You will not go hungry during your stay on Tahiti. Resorts and hotels usually have their own restaurants, bars and lounges, and there are hundreds of independently owned and operated eating and drinking establishments. From French fine dining to casual Tahitian cafes, the island has it all. Naturally, many restaurants showcase the superb seafood that is sourced fresh from the shores every morning. There are Asian, and French Polynesian fusion Chefs running some of the top kitchens as well.

Two Fishes! Credit

Papeete town is home to several bars, gastropubs, and casual drinking holes. “Papeete Roulottes” comes highly recommended. Locals and tourists alike flock to this casual outdoor spot that is attracts the island's best food trucks. It's cheap, delicious, and a great way to meet people.

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Other Activities

There are museums, art galleries and churches to be explored in Papeete and other villages around the island. The Robert Wan Pearl Museum and the Paul Gauguin Museum are two favourites.  Several waterfront parks and tropical gardens have been established and attract unique species of birds and other creatures indigenous to the islands. Ferries are available for day trips to neighbouring islands, and make a great getaway should you need a brief change of scenery.

Market. Tahiti, Credit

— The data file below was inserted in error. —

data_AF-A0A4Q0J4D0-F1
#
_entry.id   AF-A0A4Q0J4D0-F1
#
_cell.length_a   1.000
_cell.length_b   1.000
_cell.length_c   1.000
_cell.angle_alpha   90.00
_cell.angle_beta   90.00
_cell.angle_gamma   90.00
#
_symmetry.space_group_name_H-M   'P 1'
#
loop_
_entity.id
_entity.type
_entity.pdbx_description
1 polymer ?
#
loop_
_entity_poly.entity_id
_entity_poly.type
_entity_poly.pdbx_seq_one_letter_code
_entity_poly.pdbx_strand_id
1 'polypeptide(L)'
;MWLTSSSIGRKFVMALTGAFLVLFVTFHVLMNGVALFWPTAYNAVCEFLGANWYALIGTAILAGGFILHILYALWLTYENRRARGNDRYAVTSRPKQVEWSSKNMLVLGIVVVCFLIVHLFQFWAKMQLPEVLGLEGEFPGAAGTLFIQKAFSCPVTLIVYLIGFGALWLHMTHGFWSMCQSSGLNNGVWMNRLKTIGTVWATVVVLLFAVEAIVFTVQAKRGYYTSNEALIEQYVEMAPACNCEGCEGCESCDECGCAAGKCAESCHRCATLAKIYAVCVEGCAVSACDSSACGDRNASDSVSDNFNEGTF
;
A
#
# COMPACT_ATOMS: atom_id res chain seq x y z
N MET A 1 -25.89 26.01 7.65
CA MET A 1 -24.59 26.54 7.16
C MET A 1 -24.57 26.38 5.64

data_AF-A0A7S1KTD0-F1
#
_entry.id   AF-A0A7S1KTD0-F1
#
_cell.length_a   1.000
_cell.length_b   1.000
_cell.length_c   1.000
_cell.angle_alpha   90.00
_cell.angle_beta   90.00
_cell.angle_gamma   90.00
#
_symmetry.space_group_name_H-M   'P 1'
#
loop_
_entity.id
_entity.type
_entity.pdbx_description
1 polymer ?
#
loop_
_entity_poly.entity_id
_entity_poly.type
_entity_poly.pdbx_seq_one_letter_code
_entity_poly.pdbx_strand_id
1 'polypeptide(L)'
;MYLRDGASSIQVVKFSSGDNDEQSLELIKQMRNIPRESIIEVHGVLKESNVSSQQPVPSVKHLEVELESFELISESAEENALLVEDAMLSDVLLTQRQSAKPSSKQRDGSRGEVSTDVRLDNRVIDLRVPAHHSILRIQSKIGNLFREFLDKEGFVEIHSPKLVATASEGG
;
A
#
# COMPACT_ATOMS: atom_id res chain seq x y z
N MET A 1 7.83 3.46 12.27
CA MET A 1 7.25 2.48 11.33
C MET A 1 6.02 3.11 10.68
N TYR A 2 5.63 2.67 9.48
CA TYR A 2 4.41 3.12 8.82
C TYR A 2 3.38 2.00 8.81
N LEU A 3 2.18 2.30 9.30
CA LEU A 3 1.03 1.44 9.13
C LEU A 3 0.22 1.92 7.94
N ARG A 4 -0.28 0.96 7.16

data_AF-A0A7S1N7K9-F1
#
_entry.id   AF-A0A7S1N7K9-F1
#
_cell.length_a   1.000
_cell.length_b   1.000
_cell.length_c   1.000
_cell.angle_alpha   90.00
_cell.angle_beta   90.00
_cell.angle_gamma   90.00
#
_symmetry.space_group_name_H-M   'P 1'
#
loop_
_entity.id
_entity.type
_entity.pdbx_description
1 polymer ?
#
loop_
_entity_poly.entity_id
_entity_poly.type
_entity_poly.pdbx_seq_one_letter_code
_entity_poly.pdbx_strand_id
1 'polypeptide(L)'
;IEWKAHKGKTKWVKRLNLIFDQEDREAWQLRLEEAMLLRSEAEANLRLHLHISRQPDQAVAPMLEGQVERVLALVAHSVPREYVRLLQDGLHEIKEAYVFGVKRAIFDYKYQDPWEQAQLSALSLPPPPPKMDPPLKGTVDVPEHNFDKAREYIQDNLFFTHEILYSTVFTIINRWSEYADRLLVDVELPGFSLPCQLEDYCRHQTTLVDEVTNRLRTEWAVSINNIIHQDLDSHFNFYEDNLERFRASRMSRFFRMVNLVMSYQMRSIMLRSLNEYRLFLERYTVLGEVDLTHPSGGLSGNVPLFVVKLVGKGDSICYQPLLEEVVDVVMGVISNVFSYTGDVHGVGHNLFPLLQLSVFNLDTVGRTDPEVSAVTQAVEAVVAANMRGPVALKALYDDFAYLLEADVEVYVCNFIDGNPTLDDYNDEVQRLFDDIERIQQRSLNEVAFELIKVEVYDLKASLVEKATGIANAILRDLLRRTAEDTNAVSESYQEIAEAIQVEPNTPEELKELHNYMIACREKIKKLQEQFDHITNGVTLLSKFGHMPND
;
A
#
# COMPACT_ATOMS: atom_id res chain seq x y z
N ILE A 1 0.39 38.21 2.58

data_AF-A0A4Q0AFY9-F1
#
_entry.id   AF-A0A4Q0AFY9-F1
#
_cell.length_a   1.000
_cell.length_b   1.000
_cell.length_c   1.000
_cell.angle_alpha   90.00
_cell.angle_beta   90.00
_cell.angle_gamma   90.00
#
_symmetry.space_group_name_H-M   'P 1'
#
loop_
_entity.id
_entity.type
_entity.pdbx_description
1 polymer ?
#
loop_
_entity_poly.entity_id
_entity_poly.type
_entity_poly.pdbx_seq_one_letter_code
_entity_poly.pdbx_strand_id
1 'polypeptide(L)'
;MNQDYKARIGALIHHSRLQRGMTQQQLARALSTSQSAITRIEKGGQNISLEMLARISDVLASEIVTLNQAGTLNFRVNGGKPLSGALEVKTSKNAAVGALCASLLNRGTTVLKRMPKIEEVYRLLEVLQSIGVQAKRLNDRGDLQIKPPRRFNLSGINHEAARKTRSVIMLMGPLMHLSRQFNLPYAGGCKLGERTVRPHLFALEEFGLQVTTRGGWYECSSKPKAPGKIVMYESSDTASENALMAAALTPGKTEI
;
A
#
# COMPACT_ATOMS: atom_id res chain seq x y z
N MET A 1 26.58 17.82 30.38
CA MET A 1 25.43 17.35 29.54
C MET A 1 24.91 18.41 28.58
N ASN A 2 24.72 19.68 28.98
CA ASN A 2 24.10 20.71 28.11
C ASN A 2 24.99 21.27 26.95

Snorkelling, surfing and sailing can be arranged by most resorts on the island. Para-sailing is offered at a few spots as well. Excursions can be arranged to Tetiaroa, Marlon Brando's private island. No guaranteed encounters with the man himself! He is however actively involved in turtle conservation projects on the island, and word has it an eco-resort is in the works.

Family Friendly

There are plenty of clean, calm beaches where the kids can explore, swim and snorkel in safety. Many resorts can help arrange for activities if there are none available on site. ATV tours are a great way to keep teens entertained, and a fun way to explore the stunning natural environment of Tahiti. Le Marche (The Market) in Papeete sells everything under the sun from fruit and plants, to souvenirs and seafood. It is also somewhat cheaper than some of the up-scale shops geared towards the tourists. This is where a lot of the locals shop, even if you are just browsing, it is a fun day out for the whole family.

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Tips

July to October brings the annual Humpback Whale migration, when these gentle giants come to Tahiti to meet, mate, and calve. In order not to disturb the families of whales, encounters are set up as snorkelling excursions and not dive trips. Nevertheless, the whales are sometimes seen by divers. If you're lucky, some of the curious creatures make come in close to check you out!

Dolphins! Credit

French and Tahitian are the official languages but English speakers should have no problems. All the main tourist areas, attractions, dive shops and resorts will have someone who can assist. At present, there are only five McDonalds in all of French Polynesia, one of which is in the Fa'a'a International Airport. If you fear an attack of the Big Mac sort, you better satiate that craving on your way in or off off the island!